By Kevin Murphy
(Reuters) - New laws and regulations in Ohio that limit early voting would suppress turnout by minorities and the poor and should be overturned, the American Civil Liberties Union said in a federal lawsuit filed on Thursday.
The Republican-controlled state legislature in Ohio, which is expected to be a pivotal state again in the 2016 presidential election, this year approved the law, which supporters said would reduce voter fraud.
The new law cut the first week off Ohio's five-week early voting period when people could register and vote the same day. In addition, Republican Secretary of State Jon Husted, following a bipartisan group's recommendations, ended in-person voting on Sundays and evenings during the early voting period and on the Monday before the election.
"Together these cuts will impact tens of thousands of low-income voters, elderly voters, student voters and African-American voters who turn to early in-person voting as their best option for casting a ballot," Sybil Edwards-McNabb, president of the Ohio Conference of the NAACP, said in a statement.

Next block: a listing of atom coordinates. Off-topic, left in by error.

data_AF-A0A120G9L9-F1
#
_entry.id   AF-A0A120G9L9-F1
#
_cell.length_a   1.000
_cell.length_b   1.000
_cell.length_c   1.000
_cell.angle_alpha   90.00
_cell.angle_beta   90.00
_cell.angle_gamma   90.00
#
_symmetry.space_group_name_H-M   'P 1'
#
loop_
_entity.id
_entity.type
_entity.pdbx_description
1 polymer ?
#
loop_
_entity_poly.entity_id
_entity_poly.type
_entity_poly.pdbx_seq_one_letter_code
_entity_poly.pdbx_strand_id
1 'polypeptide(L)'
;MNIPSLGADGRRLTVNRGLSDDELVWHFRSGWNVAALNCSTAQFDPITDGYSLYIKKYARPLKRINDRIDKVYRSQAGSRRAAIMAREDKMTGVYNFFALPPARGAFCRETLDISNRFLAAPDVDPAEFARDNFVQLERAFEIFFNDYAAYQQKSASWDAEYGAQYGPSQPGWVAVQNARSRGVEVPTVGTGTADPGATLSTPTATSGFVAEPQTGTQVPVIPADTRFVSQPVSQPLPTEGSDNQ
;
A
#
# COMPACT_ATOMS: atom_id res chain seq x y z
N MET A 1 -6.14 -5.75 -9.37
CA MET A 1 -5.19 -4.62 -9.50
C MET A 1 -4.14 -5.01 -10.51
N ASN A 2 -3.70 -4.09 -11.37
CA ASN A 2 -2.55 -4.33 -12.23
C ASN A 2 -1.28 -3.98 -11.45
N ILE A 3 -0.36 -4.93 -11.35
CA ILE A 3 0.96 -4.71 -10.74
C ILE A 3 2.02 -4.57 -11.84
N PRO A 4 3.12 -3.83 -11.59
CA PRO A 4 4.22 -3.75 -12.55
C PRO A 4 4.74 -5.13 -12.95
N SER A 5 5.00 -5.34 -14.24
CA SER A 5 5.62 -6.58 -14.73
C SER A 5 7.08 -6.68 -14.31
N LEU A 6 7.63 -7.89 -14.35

Ohio established no-excuse-needed early voting in 2005 in response to lengthy waiting times at the polls during the 2004 general election, especially in urban areas.
About 580,000 Ohio residents cast ballots at offices during the early voting period in 2012, more than 157,000 of them during the now-eliminated periods, the ACLU said in its lawsuit.
Many African-American churches had organized transportation on Sundays for congregants who wanted to cast votes during the early voting periods that were cut, the ACLU lawsuit added.
During the 2012 election, African-Americans in Cuyahoga County, Ohio's most populous county which includes Cleveland, were 20 percent more likely to vote early and made up 77 percent of all early voters, the ACLU has said.
Husted's spokesman Matt McClellan said the ACLU lawsuit was aimed at the wrong state.
"The fact is that it's easy to vote in Ohio and the plaintiffs should be joining Secretary Husted in making sure all voters know their voting options rather than trying to scare them into believing it's hard," McClellan said in statement. "That's the real voter suppression."
(Reporting by Kevin Murphy in Kansas City, Missouri; Editing by David Bailey and James Dalgleish)